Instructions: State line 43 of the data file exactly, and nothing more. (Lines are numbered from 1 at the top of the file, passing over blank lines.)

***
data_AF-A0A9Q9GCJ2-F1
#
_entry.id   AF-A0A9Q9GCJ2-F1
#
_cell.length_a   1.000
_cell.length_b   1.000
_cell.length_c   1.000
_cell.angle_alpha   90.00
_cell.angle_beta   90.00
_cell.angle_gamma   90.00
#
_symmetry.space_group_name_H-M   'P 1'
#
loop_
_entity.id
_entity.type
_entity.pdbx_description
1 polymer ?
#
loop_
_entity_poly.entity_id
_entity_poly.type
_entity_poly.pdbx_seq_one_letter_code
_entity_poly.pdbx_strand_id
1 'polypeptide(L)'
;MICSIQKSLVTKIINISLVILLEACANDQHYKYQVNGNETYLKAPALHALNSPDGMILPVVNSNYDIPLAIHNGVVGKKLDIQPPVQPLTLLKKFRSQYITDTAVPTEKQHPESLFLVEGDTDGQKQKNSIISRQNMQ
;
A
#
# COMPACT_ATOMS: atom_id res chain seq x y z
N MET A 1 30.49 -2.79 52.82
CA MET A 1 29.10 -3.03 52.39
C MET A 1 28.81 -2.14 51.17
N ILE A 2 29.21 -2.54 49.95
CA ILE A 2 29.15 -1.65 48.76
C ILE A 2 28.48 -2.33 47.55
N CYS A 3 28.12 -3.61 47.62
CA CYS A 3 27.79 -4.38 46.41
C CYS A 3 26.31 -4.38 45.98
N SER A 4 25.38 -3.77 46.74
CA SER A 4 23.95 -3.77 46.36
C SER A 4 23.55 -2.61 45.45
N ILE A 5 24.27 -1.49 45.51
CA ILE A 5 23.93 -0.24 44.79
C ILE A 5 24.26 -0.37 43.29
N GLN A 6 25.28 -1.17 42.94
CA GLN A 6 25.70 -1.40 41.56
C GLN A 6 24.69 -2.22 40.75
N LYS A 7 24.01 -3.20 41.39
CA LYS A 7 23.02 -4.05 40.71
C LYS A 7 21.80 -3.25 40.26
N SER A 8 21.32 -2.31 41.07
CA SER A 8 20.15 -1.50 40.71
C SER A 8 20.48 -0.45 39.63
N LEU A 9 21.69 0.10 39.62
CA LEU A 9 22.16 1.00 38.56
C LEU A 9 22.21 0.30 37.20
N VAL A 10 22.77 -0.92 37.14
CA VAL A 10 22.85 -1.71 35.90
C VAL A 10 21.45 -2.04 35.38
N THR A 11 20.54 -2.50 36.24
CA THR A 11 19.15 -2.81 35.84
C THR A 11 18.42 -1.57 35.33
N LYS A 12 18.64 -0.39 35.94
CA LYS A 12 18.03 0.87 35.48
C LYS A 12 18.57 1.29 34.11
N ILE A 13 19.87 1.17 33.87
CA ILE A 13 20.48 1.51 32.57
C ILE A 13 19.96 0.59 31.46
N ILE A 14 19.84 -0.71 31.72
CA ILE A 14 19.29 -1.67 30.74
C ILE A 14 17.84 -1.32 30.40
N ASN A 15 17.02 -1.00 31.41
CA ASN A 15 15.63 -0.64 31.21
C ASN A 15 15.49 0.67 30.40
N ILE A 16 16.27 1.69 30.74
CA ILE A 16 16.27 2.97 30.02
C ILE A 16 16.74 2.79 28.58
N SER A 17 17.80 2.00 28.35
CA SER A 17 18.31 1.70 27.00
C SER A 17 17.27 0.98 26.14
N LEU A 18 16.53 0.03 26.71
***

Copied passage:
N ILE A 5 24.27 -1.49 45.51